Sunday, March 18, 2018
Organist Robert Huw Morganís artistry spun through the web of early variation form in a Mar. 18 recital on Schroeder Hallís wonderful Brombaugh organ. Mr. Morgan, Stanford Universityís resident organist, performs a wide range of repertoire, but as he said in comments to the audience, he loves when h...
CHAMBER REVIEW
Oakmont Concert Series / Thursday, August 14, 2008
JOEL FAN, CONCERT PIANIST

JOEL FAN

PIANIST ON THE MOVE

by Terry McNeill
Wednesday, August 27, 2008

Joel Fan is a pianist on the move. On August 14, in his second Oakmont Concert Series performance in the past three years, he commanded the stage with boundless energy and gave an eclectic program heavy on thunder and excitement.

His concert was billed as music from North and South America, but somehow Beethoven's A-Flat Major Sonata, Op. 110, was squeezed in to end the first half, and it received a committed performance, full of nuance and occasional mystery. The opening Moderato Cantabile was pensive, with the left hand trills evocative. A crisp and lyric reading of the scherzo-like Adagio led to the majestic concluding fugue, which Fan paced with great care. Although Fan's performance of the noble fugue wasn't monumental, the end arrived with great dignity.

Ginastera's Sonata No. 1 began the afternoon. Fan emphasized the similarities to Prokofiev's early sonatas in the first movement, and he floated three high notes with aplomb, ending the Adagio molto appassionato. The restless toccata finishing the work was a percussive and high energy journey under Fan's fleet fingers. However, the piano sound at the top end became increasingly brittle, particularly when Fan demanded a lot of volume, indicating some attention to hammer voicing may be in order.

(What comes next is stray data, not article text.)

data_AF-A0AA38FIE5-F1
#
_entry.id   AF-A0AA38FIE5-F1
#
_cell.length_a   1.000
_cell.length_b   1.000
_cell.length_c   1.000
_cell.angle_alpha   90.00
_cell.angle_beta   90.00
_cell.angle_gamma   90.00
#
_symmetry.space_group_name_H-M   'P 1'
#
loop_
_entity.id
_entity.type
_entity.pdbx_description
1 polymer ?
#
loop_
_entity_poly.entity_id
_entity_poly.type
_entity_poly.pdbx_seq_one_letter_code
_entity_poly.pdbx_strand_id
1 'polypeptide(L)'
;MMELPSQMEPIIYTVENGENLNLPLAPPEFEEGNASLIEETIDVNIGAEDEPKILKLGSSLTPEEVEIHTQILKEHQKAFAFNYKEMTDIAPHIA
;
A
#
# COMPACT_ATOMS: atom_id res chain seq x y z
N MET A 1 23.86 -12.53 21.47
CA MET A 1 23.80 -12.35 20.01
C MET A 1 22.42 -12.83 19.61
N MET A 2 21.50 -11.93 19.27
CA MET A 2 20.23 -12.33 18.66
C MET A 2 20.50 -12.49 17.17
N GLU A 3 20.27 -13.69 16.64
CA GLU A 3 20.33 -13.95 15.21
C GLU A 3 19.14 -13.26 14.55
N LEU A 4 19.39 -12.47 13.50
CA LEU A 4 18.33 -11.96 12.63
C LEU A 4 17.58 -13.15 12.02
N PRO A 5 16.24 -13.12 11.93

Two short works by Nazareth and Piazzola (the latter a lovely Prelude from 1987, similar to the composer's 'Oblivion') led to 'Troubled Water,' by Chicago composer Margaret Bonds. Fan brought out the rhythmic complexities and insistent syncopation, but the piece ultimately lacked interest. Nonetheless, Bonds, the teacher of Ned Rorem, was a welcome and rare addition to the program.

A quite different experience was the Barber Sonata, a 1949 work that has become a repertoire staple. I have always liked the live Cliburn performance from his second Soviet Union tour of 1960, and the more relaxed approach from Arizona pianist Nicholas Zumbro. Fan veered towards the Cliburn reading, seizing the dissonant block chords in the first movement and underscoring the vacillating double and triple meters. The performance of the second movement, Allegro vivace, was simply masterful, full of whimsy and subtle phrasing. The Allegro mesto was a dirge, leaving the audience adrift in a luxurious sonic fog, with Fan tolling bells with his left hand. Wonderful. The famous concluding fugue was taken at a quick clip, control almost being lost in several places, and the contrary-motion octaves at the end lacked clarity. That said, it was a riveting performance, fully realized, and the highlight of the recital.

To conclude a day of energetic pieces, Fan played Liszt's 'Rigoletto Paraphrase' dramatically; but this Verdi homage is not quite yet Fan's piece. What was missing was repose among the tumult, real legato octaves among the bravura, and a more chaste use of the pedal. One can get away with a lot in this piece, and Fan let out all the pianistic stops to the acclaim of the large audience. One left the hall humming the famous Quartet theme, surely what the Weimar master would have wanted.

Joel Fan taped a deep vein of energy in this recital, and he seemed likely to repeat the entire event if an appropriate request was offered. He is a formidable artist with an innovating and inquisitive musical nature.